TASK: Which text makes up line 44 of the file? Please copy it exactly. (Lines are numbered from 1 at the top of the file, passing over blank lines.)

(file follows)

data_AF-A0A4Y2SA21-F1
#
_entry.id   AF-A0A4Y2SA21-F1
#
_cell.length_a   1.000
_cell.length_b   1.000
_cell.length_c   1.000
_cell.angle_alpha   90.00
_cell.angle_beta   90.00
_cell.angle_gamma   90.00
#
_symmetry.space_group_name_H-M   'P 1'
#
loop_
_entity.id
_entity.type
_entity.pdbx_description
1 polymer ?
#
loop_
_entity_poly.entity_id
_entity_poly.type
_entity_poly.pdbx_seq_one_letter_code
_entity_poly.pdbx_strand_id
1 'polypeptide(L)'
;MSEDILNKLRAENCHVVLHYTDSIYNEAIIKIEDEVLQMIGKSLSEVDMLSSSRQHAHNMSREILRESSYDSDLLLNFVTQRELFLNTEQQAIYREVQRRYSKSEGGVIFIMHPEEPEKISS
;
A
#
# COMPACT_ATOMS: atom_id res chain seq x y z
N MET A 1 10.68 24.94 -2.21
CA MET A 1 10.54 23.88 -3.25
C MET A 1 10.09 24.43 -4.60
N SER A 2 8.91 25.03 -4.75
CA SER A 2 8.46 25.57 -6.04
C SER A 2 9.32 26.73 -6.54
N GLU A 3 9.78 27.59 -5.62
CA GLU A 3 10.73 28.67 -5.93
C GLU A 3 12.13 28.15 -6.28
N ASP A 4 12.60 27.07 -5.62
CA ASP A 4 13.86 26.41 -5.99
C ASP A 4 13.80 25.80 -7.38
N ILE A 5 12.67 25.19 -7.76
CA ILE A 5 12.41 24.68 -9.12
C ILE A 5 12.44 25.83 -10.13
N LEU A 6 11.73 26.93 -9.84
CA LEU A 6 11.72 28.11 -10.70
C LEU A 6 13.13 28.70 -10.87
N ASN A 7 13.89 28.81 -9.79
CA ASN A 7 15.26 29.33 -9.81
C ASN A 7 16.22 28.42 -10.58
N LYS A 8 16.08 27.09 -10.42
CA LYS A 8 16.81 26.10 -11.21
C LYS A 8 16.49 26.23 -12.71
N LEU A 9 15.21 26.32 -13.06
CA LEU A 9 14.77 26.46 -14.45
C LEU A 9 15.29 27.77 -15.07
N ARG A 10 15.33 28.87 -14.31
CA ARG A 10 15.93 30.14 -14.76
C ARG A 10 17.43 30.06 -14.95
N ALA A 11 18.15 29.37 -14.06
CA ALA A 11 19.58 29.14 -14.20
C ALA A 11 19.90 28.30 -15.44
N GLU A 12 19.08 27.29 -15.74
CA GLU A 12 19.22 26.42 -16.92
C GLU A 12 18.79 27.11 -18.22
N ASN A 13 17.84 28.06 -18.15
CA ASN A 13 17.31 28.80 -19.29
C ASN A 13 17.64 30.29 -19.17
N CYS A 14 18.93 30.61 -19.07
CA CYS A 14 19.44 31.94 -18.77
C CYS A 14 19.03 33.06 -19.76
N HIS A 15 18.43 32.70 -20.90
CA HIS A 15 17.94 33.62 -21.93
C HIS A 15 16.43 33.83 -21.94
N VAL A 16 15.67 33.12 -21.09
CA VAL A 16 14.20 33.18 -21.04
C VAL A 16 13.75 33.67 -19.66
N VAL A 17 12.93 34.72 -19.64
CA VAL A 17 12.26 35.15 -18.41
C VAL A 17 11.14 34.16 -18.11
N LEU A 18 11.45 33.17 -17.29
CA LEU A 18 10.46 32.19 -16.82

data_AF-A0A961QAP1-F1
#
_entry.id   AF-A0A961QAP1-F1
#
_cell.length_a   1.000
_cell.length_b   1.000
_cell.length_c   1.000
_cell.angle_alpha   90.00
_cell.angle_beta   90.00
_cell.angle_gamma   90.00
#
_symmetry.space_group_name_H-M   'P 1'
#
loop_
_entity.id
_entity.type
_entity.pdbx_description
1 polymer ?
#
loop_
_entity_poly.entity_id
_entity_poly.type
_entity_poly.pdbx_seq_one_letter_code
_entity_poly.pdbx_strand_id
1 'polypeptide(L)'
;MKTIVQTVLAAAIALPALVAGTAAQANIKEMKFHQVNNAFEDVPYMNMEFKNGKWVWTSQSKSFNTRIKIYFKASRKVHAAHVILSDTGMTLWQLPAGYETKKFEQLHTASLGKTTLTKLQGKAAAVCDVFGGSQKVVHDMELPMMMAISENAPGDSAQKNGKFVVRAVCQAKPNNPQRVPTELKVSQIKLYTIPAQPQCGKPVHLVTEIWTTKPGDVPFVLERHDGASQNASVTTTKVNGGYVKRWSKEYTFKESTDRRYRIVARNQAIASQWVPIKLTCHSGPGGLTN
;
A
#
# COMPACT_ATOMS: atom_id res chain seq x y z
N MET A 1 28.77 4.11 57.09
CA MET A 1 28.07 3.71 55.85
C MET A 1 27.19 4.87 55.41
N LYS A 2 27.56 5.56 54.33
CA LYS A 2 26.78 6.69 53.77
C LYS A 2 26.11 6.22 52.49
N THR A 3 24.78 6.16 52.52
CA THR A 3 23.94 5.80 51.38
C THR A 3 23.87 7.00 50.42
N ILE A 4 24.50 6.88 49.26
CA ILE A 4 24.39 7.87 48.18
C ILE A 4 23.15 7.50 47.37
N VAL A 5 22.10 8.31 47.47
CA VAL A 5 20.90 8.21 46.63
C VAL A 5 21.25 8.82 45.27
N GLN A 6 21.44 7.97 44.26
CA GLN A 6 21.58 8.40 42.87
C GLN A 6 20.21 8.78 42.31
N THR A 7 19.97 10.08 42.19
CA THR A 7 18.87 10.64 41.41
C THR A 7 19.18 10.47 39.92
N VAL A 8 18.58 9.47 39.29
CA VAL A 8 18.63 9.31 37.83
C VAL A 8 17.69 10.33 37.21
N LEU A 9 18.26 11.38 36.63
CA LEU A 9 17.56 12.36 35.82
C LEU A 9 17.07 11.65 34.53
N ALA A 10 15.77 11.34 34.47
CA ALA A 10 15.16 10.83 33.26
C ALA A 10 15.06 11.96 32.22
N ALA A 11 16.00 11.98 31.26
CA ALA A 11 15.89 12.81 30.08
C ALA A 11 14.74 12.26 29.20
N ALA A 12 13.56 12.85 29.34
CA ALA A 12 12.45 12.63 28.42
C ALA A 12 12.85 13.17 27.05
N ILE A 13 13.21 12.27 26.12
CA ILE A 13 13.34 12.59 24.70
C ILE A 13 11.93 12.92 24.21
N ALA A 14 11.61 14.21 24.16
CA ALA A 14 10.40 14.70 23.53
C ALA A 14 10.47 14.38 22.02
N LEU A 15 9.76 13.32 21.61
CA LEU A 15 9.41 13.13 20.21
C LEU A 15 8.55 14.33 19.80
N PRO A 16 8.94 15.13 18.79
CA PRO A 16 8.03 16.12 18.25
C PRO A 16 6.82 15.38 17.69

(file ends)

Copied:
CA ILE A 5 12.41 24.68 -9.12